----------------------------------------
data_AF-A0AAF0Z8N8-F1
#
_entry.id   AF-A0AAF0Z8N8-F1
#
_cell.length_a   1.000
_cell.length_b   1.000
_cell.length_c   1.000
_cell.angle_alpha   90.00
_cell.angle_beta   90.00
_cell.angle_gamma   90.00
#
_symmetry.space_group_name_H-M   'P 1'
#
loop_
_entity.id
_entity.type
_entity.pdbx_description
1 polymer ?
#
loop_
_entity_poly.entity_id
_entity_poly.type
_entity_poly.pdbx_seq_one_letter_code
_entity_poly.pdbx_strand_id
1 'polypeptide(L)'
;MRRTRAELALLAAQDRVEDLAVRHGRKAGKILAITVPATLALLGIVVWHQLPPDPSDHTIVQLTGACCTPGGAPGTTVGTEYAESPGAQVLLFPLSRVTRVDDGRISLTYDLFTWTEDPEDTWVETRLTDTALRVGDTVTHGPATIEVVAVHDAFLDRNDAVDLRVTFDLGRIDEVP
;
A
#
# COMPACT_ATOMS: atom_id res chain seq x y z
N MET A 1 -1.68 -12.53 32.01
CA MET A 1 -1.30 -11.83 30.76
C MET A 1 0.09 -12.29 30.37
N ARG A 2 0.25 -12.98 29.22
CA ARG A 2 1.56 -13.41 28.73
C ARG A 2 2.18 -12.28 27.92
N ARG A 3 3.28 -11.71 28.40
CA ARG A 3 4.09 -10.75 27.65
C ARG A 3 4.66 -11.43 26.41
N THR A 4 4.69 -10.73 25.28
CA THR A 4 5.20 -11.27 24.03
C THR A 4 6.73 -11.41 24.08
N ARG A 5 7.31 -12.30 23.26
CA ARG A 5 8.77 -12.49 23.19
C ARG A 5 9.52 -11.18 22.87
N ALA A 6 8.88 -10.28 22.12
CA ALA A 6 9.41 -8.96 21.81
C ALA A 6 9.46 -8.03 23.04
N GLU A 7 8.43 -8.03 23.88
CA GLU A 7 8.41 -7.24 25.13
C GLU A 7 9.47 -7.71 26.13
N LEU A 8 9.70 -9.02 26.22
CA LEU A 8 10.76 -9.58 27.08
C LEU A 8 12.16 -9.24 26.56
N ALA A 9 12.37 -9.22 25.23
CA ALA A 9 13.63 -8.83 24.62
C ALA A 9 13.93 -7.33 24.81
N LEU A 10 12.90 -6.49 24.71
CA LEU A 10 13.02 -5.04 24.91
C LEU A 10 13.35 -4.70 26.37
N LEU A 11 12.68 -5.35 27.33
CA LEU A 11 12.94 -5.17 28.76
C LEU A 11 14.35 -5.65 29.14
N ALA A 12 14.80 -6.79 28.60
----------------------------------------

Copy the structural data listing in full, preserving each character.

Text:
data_AF-A0AAF0Z8N8-F1
#
_entry.id   AF-A0AAF0Z8N8-F1
#
_cell.length_a   1.000
_cell.length_b   1.000
_cell.length_c   1.000
_cell.angle_alpha   90.00
_cell.angle_beta   90.00
_cell.angle_gamma   90.00
#
_symmetry.space_group_name_H-M   'P 1'
#
loop_
_entity.id
_entity.type
_entity.pdbx_description
1 polymer ?
#
loop_
_entity_poly.entity_id
_entity_poly.type
_entity_poly.pdbx_seq_one_letter_code
_entity_poly.pdbx_strand_id
1 'polypeptide(L)'
;MRRTRAELALLAAQDRVEDLAVRHGRKAGKILAITVPATLALLGIVVWHQLPPDPSDHTIVQLTGACCTPGGAPGTTVGTEYAESPGAQVLLFPLSRVTRVDDGRISLTYDLFTWTEDPEDTWVETRLTDTALRVGDTVTHGPATIEVVAVHDAFLDRNDAVDLRVTFDLGRIDEVP
;
A
#
# COMPACT_ATOMS: atom_id res chain seq x y z
N MET A 1 -1.68 -12.53 32.01
CA MET A 1 -1.30 -11.83 30.76
C MET A 1 0.09 -12.29 30.37
N ARG A 2 0.25 -12.98 29.22
CA ARG A 2 1.56 -13.41 28.73
C ARG A 2 2.18 -12.28 27.92
N ARG A 3 3.28 -11.71 28.40
CA ARG A 3 4.09 -10.75 27.65
C ARG A 3 4.66 -11.43 26.41
N THR A 4 4.69 -10.73 25.28
CA THR A 4 5.20 -11.27 24.03
C THR A 4 6.73 -11.41 24.08
N ARG A 5 7.31 -12.30 23.26
CA ARG A 5 8.77 -12.49 23.19
C ARG A 5 9.52 -11.18 22.87
N ALA A 6 8.88 -10.28 22.12
CA ALA A 6 9.41 -8.96 21.81
C ALA A 6 9.46 -8.03 23.04
N GLU A 7 8.43 -8.03 23.88
CA GLU A 7 8.41 -7.24 25.13
C GLU A 7 9.47 -7.71 26.13
N LEU A 8 9.70 -9.02 26.22
CA LEU A 8 10.76 -9.58 27.08
C LEU A 8 12.16 -9.24 26.56
N ALA A 9 12.37 -9.22 25.23
CA ALA A 9 13.63 -8.83 24.62
C ALA A 9 13.93 -7.33 24.81
N LEU A 10 12.90 -6.49 24.71
CA LEU A 10 13.02 -5.04 24.91
C LEU A 10 13.35 -4.70 26.37
N LEU A 11 12.68 -5.35 27.33
CA LEU A 11 12.94 -5.17 28.76
C LEU A 11 14.35 -5.65 29.14
N ALA A 12 14.80 -6.79 28.60